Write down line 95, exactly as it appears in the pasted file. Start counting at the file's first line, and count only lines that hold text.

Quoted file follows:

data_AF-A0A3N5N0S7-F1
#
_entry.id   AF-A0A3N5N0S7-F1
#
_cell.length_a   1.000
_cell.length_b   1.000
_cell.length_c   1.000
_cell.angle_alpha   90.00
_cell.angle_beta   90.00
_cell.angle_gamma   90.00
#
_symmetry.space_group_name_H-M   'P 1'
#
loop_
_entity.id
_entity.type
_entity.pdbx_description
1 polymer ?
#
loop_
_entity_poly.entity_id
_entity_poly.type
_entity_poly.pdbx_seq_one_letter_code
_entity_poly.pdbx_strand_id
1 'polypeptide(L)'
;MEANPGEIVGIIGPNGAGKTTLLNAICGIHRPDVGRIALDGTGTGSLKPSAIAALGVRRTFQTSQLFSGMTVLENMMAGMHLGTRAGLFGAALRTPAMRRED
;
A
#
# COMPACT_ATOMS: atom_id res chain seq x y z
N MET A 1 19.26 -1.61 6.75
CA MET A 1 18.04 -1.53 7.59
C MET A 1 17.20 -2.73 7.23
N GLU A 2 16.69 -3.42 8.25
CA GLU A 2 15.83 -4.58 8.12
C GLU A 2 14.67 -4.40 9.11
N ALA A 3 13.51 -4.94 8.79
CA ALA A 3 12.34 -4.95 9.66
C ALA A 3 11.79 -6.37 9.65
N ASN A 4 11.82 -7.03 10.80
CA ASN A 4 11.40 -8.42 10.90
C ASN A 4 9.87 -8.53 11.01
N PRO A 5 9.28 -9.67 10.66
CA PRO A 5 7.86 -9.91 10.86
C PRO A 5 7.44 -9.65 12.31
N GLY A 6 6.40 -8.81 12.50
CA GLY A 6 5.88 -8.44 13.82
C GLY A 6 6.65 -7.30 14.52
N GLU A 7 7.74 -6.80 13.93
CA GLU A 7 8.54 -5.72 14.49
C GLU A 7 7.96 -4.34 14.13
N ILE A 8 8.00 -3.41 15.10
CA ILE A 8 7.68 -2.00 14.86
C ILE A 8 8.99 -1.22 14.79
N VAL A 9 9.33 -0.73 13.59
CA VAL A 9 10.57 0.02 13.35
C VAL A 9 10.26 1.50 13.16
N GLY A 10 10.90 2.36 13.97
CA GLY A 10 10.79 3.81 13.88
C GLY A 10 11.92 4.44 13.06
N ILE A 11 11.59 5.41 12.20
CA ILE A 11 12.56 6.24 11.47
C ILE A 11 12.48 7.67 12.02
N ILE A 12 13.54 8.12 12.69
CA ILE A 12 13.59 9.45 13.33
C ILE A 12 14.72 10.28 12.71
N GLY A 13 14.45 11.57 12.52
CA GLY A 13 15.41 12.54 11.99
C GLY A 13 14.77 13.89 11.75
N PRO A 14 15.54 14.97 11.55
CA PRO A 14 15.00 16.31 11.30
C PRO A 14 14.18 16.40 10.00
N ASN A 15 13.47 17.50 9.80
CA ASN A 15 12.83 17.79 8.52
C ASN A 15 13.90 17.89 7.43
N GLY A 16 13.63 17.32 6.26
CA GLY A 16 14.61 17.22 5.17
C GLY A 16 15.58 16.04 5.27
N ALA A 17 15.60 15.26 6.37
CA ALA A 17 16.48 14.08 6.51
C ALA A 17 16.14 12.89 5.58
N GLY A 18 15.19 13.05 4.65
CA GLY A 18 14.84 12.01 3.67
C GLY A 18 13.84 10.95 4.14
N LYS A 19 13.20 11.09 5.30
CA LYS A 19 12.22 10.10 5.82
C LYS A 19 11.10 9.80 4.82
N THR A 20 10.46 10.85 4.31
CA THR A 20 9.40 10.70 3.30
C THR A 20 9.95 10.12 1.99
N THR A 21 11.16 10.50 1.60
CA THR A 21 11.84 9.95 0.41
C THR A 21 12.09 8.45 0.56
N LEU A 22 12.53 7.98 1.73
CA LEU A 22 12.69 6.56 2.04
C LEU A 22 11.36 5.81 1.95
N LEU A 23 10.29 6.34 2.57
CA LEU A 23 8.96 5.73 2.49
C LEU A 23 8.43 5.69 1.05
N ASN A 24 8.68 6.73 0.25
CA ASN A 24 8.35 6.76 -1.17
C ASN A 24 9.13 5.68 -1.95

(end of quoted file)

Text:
CA LEU A 22 12.69 6.56 2.04